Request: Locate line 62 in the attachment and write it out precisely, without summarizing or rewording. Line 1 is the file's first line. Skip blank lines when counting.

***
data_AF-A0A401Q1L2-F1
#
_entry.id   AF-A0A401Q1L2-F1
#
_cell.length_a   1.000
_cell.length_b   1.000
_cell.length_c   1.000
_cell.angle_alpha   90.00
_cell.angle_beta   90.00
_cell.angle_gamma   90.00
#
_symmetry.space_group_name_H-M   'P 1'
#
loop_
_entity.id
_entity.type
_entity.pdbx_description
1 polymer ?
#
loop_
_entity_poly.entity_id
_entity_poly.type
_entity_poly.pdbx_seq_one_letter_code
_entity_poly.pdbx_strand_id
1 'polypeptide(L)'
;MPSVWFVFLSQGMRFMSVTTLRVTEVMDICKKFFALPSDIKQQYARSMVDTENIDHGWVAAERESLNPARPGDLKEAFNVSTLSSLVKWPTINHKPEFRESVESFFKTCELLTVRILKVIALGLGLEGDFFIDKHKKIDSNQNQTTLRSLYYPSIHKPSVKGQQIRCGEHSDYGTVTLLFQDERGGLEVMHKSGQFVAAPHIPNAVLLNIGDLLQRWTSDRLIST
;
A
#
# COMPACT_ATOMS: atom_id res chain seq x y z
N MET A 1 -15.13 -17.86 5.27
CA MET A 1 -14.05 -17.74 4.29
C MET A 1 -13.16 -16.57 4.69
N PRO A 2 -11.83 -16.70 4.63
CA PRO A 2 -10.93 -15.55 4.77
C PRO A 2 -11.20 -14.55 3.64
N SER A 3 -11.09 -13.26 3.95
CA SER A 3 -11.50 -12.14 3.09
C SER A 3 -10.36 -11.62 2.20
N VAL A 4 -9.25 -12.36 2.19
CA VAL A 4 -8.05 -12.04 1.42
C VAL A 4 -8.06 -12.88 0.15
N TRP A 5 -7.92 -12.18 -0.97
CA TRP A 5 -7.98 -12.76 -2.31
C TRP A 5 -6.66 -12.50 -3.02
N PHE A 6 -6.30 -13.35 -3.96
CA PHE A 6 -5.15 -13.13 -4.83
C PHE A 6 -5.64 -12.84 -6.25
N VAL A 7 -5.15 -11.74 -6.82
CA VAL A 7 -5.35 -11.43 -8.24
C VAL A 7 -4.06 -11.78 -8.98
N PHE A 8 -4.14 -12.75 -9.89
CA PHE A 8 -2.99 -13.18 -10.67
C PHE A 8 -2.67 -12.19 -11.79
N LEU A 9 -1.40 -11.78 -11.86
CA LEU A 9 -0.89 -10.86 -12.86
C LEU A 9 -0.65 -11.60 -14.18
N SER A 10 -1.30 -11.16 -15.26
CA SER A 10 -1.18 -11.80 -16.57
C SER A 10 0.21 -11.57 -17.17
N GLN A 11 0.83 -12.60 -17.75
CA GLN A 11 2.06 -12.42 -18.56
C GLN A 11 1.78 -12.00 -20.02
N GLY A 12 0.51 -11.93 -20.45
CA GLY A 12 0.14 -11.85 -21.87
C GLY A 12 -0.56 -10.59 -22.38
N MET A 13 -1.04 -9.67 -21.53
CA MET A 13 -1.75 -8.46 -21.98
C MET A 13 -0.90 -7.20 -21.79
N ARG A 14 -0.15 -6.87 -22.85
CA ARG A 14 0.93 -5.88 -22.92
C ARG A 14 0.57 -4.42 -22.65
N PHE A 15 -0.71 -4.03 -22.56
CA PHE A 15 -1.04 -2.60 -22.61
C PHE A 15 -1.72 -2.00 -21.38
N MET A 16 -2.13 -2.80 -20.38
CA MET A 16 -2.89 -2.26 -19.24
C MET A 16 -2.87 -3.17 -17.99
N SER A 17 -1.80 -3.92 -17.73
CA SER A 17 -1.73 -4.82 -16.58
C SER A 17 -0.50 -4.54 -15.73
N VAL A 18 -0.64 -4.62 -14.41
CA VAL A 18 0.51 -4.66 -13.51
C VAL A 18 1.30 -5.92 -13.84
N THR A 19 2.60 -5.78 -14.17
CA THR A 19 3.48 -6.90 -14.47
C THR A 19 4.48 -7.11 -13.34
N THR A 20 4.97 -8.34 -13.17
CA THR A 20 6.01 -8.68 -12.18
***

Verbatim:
CA GLN A 11 2.06 -12.42 -18.56